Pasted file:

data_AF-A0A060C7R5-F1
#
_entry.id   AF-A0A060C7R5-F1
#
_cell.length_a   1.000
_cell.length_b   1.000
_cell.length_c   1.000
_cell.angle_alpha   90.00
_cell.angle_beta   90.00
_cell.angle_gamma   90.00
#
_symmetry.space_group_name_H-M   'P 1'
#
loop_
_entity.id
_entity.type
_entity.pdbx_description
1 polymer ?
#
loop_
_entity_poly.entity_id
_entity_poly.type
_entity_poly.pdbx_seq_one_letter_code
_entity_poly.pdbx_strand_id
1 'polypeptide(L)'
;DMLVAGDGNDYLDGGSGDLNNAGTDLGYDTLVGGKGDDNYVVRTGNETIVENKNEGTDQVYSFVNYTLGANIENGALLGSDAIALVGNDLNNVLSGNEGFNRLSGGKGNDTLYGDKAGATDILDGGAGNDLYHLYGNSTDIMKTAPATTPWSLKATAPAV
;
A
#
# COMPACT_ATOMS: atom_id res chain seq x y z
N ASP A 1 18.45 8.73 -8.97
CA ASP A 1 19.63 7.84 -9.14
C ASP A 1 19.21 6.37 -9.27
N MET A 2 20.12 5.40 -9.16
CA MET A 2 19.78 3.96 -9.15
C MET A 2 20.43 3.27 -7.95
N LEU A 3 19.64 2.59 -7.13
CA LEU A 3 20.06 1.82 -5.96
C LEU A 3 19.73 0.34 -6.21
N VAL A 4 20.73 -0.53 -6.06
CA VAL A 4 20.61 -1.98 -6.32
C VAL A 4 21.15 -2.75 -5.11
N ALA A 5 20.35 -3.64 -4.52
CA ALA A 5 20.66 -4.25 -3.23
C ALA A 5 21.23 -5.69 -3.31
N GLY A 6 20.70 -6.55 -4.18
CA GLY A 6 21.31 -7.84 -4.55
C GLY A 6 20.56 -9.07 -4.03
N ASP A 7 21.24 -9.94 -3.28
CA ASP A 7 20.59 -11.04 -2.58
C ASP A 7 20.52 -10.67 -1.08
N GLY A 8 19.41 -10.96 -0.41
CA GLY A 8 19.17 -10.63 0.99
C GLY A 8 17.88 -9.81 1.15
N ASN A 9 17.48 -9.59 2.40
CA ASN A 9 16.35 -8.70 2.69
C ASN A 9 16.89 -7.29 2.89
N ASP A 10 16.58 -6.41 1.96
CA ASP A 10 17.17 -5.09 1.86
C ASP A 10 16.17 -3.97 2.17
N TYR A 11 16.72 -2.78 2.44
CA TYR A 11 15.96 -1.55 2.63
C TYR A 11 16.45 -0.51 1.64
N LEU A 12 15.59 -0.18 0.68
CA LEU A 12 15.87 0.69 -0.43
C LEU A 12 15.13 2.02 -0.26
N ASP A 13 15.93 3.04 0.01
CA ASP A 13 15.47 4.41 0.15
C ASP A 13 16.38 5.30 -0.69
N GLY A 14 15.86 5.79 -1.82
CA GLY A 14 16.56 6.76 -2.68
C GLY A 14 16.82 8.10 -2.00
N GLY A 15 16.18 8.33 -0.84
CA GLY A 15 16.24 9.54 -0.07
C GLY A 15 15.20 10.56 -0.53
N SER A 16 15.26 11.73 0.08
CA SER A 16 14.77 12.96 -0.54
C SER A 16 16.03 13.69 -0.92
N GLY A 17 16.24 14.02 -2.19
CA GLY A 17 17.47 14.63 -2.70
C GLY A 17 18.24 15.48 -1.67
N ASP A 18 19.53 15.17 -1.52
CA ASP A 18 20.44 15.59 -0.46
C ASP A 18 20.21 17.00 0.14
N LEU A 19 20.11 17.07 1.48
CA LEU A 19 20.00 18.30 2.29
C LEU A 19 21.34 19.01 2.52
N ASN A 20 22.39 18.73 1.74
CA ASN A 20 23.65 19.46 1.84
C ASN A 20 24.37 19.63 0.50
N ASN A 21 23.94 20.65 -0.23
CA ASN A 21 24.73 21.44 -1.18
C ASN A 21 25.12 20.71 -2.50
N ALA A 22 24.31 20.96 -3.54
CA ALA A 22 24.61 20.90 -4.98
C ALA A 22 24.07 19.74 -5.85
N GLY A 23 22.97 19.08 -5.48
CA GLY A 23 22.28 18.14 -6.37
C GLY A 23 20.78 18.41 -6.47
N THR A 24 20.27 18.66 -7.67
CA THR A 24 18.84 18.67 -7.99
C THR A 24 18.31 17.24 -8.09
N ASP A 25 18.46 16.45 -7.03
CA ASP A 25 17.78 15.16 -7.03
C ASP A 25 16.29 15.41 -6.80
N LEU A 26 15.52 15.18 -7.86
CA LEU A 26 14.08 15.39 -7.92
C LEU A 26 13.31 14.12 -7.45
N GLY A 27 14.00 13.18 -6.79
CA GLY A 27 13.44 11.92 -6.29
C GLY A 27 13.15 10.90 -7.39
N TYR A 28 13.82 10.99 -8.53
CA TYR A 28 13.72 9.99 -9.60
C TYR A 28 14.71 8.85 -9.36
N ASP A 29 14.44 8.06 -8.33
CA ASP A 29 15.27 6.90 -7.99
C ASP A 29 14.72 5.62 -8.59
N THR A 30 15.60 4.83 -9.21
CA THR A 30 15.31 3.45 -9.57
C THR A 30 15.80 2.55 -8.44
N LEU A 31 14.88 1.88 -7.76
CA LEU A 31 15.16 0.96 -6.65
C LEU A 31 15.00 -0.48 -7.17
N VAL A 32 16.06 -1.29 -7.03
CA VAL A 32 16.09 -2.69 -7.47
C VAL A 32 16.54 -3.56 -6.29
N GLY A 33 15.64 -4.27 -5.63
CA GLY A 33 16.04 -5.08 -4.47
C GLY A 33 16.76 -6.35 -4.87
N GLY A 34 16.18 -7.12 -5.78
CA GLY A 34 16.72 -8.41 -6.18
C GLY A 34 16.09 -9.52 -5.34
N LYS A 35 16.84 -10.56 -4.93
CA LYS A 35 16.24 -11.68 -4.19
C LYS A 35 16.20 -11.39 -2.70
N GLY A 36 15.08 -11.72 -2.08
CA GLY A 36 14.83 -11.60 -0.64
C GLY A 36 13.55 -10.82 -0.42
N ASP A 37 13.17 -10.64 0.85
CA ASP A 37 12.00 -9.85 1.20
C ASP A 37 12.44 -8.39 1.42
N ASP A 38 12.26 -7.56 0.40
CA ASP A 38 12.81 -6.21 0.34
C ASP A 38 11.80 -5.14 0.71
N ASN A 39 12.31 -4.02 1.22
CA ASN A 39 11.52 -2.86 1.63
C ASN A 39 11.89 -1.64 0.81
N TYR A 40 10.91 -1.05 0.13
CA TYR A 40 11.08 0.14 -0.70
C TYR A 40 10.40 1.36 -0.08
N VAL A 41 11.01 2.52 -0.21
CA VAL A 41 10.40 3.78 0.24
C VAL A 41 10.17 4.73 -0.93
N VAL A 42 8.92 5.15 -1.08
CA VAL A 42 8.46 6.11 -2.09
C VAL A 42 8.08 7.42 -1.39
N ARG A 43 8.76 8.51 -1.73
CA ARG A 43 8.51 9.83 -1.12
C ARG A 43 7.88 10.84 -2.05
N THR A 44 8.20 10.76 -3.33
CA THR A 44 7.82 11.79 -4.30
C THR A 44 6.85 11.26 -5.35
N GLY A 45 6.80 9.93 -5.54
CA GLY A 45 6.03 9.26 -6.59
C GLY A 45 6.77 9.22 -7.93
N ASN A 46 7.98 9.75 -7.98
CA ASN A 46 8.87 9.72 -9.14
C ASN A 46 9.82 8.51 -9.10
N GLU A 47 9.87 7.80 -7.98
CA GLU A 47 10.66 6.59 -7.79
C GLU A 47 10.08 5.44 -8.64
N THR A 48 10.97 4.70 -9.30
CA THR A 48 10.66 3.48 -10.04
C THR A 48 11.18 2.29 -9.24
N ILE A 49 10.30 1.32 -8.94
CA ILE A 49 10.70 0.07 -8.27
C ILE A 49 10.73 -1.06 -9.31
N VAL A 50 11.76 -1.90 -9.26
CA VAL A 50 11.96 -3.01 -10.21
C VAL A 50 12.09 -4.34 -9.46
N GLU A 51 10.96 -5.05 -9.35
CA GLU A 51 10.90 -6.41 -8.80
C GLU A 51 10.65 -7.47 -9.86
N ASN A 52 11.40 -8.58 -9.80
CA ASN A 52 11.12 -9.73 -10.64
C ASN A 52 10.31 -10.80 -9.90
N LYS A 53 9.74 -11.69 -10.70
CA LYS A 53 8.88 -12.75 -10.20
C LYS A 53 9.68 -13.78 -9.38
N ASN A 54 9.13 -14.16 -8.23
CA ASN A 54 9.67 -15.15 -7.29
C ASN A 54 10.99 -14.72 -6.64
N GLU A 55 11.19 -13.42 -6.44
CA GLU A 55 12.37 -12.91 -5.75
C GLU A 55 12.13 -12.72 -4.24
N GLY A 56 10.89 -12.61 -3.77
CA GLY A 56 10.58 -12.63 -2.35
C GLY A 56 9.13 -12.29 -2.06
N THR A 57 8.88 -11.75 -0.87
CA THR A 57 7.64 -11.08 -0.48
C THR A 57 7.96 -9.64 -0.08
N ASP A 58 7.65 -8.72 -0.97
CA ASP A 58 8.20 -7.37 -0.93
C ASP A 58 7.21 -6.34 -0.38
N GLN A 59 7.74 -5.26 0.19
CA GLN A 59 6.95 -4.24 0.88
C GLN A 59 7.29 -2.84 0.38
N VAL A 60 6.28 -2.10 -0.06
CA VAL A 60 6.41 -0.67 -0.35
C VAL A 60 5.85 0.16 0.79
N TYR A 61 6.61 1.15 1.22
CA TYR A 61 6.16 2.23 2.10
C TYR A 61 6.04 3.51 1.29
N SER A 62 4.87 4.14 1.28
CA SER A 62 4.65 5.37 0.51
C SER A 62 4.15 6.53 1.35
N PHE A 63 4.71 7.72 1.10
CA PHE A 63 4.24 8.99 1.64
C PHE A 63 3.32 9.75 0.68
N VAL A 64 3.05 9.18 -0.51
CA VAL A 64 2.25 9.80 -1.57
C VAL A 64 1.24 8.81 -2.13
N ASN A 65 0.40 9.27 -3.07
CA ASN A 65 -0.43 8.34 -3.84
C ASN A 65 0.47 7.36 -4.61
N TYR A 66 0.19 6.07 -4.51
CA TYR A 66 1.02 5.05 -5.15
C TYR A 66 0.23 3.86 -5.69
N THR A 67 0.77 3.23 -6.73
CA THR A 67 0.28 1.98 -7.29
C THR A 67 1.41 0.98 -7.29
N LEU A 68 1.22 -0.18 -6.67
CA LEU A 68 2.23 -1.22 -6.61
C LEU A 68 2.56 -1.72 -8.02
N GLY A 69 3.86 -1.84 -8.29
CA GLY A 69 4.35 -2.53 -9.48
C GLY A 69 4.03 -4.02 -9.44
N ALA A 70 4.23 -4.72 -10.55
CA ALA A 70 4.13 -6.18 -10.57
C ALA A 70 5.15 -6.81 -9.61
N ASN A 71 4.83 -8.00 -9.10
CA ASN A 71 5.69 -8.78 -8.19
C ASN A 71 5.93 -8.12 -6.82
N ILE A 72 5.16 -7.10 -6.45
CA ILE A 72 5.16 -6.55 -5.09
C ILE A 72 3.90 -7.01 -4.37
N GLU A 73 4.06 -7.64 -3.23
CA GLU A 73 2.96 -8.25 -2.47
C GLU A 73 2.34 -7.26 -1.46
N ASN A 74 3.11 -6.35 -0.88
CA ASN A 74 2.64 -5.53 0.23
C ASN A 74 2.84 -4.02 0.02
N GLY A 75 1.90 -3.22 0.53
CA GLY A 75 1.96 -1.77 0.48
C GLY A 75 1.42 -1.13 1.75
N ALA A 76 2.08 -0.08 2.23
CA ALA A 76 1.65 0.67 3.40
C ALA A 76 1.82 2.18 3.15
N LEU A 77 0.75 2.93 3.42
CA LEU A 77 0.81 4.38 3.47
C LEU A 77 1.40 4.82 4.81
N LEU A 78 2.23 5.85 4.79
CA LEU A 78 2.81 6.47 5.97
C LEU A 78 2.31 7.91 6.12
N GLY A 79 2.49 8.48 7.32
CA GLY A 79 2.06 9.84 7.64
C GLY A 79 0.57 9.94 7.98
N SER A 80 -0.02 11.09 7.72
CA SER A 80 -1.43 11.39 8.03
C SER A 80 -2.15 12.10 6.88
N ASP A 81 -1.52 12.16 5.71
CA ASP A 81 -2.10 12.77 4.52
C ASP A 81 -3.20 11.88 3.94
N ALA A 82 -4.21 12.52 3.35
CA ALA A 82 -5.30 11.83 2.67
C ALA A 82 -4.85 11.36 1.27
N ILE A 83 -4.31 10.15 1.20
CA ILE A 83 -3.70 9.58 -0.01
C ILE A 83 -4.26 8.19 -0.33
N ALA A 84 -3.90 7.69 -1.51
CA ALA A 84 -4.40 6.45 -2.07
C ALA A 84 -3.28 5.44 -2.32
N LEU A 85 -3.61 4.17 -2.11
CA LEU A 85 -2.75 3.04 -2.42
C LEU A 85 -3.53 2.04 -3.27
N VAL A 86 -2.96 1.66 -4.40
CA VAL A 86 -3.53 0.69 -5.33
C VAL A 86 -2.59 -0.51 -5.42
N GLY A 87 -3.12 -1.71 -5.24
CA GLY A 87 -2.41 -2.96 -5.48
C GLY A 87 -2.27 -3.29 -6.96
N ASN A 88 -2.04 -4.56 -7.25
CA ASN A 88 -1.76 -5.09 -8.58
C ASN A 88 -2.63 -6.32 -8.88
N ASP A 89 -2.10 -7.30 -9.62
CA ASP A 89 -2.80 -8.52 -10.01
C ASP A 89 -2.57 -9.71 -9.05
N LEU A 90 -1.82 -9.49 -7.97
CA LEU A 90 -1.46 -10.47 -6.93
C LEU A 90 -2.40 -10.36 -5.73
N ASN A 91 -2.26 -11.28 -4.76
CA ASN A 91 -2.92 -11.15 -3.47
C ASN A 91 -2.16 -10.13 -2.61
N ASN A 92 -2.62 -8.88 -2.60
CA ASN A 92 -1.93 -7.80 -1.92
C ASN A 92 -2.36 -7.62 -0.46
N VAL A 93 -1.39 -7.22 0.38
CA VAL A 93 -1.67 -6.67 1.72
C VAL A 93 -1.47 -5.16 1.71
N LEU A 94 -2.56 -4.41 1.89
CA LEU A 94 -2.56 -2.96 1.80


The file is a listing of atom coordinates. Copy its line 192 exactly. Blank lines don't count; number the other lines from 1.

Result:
C ASN A 54 10.99 -14.72 -6.64